Allowing concealed gun-carry without a permit is now the most common policy in the country.
A joint conference committee of Alabama state Senators and Representatives came to an agreement on a version of a permitless carry bill on Thursday. The bill was then sent to Governor Kay Ivey (R.), who immediately signed it into law.
“Unlike states who are doing everything in their power to make it harder for law abiding citizens, Alabama is reaffirming our commitment to defending our Second Amendment rights,” Governor Ivey said in a statement. “I have always stood up for the rights of law-abiding gunowners, and I am proud to do that again today.”
The move makes Alabama the 22nd state in the country to enact a permitless gun carry regime, officially making the practice more common than both “shall-issue” and “may-issue” permitting policies. Following Ohio and Indiana, Alabama is the third state to pass a permitless carry bill in 2022. It’s the first to sign it into law.
Alabama state representative Shane Stringer (R.), the bill’s primary sponsor, applauded the law’s passage.
“I am deeply thankful to my colleagues in the Legislature for passing this constitutional carry measure, which allows Alabamians to exercise their fundamental rights without first having to pay a gun tax in the form of permit fees,” Stringer said in a statement. “Those who still wish to purchase a permit for reciprocity with other states or other reasons continue to retain that option under this law.”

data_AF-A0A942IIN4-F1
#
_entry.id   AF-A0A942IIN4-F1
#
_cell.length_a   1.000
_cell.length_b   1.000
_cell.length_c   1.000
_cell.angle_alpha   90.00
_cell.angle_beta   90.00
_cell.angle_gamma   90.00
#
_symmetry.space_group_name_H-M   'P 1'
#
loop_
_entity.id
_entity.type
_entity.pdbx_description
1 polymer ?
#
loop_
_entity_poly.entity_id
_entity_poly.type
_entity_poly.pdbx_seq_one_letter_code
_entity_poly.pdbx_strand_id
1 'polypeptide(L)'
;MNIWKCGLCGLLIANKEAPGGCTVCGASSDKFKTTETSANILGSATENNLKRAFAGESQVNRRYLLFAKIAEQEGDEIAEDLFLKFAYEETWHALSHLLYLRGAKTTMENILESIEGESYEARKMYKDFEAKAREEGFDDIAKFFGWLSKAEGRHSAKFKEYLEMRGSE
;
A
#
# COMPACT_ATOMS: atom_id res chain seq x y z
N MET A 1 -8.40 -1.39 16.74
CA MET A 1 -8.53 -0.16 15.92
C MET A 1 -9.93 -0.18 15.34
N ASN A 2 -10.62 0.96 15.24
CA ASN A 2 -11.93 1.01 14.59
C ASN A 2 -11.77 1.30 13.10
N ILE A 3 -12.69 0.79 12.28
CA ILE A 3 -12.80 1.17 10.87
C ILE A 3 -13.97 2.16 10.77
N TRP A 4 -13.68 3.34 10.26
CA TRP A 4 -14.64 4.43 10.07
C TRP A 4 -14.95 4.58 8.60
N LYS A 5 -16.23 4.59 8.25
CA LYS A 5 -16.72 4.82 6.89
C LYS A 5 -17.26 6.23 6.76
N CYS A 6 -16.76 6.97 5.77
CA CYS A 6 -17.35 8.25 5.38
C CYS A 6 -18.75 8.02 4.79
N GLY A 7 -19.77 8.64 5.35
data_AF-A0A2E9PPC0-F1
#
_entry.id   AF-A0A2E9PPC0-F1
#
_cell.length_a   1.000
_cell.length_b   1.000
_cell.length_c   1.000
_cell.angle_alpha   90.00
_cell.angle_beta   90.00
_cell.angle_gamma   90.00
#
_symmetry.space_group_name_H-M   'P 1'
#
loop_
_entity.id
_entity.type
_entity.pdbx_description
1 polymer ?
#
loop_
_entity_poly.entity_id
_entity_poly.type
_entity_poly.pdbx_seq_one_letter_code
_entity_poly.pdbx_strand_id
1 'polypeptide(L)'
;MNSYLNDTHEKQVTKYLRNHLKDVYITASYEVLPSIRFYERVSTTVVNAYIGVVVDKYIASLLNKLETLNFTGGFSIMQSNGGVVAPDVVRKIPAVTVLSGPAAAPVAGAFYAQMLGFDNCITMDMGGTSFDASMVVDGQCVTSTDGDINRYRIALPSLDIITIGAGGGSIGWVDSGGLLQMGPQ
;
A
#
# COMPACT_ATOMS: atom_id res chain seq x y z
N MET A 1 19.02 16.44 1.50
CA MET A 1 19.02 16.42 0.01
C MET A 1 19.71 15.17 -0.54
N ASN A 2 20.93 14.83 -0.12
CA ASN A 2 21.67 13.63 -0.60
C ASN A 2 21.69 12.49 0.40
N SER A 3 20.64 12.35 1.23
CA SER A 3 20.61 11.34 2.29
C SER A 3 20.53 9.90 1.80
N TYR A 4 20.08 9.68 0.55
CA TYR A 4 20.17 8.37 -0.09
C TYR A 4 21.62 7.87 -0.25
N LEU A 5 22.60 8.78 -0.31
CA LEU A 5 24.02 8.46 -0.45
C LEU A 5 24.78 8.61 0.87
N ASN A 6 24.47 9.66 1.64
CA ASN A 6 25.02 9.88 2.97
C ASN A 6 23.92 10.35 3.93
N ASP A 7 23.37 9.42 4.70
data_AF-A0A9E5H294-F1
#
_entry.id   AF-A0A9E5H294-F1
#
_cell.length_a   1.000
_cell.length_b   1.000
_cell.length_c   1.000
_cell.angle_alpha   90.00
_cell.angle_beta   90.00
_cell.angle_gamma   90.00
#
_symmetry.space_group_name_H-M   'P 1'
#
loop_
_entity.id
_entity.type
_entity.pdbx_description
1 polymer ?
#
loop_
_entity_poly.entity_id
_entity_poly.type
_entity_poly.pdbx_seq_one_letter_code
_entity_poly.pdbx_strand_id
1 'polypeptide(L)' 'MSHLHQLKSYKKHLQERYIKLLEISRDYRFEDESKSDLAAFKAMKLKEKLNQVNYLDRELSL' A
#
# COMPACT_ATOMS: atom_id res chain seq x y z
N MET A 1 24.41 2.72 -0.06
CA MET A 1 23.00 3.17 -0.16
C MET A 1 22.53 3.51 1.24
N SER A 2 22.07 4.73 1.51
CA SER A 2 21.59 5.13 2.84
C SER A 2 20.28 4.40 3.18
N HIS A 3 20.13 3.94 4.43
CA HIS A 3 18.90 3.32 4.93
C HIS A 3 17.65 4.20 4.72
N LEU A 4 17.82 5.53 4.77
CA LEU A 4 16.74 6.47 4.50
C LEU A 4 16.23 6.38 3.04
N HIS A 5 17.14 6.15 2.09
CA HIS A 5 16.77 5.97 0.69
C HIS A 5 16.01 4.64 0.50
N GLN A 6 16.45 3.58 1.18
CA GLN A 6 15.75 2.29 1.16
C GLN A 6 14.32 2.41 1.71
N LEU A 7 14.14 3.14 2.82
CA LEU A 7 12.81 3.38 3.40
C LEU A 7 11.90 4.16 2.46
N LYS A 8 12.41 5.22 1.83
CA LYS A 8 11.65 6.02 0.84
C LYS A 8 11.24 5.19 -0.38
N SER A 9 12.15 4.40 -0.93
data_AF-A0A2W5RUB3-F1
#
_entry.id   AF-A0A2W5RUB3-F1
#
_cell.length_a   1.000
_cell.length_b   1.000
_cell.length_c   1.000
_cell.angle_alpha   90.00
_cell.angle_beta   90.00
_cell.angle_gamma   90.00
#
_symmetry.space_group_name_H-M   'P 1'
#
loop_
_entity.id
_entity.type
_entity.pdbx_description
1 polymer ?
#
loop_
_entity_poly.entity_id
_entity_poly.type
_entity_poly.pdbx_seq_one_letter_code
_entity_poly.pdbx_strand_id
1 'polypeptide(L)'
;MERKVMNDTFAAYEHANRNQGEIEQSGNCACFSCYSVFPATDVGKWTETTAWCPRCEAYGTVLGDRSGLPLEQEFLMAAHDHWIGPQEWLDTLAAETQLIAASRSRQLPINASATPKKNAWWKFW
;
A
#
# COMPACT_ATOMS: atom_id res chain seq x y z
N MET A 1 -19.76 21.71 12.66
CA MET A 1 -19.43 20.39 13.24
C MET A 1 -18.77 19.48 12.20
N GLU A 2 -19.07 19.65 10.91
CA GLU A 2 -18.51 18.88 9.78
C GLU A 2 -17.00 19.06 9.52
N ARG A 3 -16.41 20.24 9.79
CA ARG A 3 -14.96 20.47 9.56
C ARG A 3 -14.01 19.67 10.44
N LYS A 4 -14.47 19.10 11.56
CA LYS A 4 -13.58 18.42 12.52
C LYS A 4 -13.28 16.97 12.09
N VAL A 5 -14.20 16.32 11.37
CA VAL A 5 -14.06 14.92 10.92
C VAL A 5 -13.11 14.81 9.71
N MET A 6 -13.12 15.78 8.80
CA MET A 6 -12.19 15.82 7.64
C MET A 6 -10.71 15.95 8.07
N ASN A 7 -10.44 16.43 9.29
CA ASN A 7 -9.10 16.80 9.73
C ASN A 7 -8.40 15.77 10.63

The law was signed over vocal opposition from certain law enforcement groups, including the Alabama Sheriff’s Association, who said permitless carry would jeopardize public safety. Individual sherriffs in Alabama also voiced concern that doing away with permitting would remove a major source of revenue.
The final version of the law provides a $5 million fund to replace lost revenue.
National gun-control advocacy groups decried the bill after it cleared the state legislature.
“One thing has been made crystal clear — Alabama lawmakers will stop at nothing to appease the gun lobby,” Paula Wilson, a volunteer with the Alabama chapter of Moms Demand Action, said in a statement. “They’re willing to do the bidding of extremists, even if it means jeopardizing the lives of our families and first responders. They have chosen violence over public safety.”
The NRA, which backed the bill, called it “the most significant pro-Second Amendment measure in Alabama history.”
“As law enforcement is being defunded and criminals aren’t being prosecuted, it is more important than ever that law-abiding Americans’ right to protect themselves, their loved ones, and their homes is fully recognized,” NRA-ILA Executive Director Jason Ouimet said in a statement. “NRA will continue to champion this God-given right until every state in the nation is a constitutional carry state.”
The law will go into effect in January of 2023.